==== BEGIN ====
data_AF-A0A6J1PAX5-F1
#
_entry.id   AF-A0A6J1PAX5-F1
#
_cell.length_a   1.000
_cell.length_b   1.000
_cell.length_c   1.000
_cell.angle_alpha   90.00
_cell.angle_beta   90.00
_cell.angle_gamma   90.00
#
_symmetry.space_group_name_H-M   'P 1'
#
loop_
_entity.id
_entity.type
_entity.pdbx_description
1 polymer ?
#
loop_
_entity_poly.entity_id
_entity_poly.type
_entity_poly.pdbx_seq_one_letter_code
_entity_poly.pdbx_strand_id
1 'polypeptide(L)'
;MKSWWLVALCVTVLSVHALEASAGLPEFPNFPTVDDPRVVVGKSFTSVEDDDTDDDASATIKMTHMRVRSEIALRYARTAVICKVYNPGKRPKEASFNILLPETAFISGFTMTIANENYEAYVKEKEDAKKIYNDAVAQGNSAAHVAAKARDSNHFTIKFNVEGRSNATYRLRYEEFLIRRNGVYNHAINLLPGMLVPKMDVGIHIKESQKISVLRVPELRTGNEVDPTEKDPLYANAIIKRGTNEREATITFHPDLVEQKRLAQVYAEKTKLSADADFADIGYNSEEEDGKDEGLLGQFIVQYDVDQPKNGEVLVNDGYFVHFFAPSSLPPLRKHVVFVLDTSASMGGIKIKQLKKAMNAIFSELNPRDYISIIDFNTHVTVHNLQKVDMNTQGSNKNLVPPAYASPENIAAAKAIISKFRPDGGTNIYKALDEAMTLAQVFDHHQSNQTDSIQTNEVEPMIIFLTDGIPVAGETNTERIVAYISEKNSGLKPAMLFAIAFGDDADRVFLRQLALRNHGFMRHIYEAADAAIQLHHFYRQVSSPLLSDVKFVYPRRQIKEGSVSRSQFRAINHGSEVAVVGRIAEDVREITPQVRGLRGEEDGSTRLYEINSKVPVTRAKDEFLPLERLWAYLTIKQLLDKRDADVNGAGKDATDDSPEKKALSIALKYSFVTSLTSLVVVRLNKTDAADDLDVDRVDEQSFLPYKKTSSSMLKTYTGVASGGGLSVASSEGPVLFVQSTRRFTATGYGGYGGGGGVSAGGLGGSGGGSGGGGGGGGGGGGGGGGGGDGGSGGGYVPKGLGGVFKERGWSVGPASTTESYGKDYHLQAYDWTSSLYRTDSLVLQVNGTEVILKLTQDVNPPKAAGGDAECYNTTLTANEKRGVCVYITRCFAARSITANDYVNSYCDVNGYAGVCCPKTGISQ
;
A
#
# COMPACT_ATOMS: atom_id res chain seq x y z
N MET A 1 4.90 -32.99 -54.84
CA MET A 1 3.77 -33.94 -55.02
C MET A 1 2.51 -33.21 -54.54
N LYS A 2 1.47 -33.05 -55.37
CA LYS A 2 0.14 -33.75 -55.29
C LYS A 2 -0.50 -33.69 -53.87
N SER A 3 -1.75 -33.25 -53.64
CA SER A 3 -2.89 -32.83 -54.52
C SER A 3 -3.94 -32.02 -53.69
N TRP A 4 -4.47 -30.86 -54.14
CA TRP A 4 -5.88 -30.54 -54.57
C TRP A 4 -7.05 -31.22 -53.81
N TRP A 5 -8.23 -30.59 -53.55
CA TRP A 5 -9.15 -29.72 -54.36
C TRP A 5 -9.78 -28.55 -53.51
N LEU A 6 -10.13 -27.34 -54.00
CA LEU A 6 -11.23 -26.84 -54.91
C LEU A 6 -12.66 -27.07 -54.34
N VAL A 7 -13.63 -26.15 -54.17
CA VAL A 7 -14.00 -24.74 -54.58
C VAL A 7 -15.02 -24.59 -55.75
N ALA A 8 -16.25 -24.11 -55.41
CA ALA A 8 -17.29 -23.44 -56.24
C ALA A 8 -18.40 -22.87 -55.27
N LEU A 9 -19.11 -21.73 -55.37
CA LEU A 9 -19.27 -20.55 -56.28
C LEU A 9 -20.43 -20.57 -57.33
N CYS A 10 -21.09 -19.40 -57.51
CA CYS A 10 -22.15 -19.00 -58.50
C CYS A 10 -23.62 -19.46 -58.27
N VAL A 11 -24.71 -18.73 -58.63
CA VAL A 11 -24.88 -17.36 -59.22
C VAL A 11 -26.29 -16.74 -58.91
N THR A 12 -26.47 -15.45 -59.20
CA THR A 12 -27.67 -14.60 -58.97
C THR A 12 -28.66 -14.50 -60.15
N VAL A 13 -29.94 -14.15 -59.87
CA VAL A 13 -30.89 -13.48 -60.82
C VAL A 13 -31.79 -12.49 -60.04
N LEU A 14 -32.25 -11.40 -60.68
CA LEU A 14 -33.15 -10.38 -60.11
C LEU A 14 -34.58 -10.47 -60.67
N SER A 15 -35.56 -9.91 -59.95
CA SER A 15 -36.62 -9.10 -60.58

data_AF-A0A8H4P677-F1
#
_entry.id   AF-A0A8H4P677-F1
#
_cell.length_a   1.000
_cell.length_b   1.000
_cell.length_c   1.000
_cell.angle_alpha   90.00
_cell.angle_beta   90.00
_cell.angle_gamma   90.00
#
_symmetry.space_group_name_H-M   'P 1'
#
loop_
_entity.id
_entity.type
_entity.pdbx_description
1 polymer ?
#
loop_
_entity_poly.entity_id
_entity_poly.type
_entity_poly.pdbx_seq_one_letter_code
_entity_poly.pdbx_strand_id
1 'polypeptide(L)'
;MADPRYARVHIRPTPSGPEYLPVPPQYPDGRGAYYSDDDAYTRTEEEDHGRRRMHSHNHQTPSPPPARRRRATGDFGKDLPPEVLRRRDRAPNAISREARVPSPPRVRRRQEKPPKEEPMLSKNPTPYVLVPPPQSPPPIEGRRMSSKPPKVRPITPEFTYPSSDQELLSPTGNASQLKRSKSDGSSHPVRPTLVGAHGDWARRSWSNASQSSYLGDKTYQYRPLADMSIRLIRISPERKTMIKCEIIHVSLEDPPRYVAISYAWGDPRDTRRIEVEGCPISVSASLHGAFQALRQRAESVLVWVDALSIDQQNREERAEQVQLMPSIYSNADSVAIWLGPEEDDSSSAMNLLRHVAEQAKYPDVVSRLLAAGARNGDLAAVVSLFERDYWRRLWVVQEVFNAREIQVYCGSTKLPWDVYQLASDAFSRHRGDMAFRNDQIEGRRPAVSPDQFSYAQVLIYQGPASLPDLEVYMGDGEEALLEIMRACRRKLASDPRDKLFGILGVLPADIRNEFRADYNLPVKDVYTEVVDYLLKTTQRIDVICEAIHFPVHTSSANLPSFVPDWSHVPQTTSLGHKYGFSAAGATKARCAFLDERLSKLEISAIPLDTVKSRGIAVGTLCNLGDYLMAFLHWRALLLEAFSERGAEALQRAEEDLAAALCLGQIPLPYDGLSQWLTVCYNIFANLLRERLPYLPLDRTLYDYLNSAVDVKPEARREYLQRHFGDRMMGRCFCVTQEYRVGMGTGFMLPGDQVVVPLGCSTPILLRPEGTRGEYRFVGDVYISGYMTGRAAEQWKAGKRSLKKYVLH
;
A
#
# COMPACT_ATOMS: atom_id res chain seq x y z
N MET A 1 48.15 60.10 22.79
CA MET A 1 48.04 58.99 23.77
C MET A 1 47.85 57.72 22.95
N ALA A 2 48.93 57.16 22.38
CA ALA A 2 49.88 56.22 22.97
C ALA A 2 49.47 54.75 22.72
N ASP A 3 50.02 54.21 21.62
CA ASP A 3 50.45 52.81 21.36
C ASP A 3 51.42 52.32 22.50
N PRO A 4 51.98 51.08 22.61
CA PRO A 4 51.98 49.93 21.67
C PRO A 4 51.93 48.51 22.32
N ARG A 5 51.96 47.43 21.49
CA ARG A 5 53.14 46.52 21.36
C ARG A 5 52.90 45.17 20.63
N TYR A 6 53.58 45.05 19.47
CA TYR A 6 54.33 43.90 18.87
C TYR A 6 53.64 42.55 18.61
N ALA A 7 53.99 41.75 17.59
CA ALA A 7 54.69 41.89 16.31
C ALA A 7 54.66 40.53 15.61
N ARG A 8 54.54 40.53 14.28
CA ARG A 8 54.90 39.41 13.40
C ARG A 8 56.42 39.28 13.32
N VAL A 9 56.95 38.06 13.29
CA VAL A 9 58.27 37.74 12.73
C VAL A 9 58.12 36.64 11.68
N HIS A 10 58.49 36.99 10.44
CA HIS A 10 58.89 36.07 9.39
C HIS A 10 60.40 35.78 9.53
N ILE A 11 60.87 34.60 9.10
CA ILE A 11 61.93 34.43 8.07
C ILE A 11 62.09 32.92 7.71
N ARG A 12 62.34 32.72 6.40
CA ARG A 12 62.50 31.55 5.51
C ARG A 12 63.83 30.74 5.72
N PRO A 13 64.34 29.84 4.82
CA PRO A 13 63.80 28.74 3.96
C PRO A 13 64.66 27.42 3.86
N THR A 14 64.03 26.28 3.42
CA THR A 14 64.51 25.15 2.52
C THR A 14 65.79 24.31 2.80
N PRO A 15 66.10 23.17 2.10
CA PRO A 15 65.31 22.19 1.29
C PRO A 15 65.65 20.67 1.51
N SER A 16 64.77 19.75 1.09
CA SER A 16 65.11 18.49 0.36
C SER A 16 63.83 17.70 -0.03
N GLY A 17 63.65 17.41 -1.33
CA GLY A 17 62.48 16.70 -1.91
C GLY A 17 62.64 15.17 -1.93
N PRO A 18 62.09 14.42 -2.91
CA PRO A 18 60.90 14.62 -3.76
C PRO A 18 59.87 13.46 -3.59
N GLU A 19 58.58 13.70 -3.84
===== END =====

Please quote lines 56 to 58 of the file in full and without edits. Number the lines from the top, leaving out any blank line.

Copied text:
CA LEU A 9 -19.27 -20.55 -56.28
C LEU A 9 -20.43 -20.57 -57.33
N CYS A 10 -21.09 -19.40 -57.51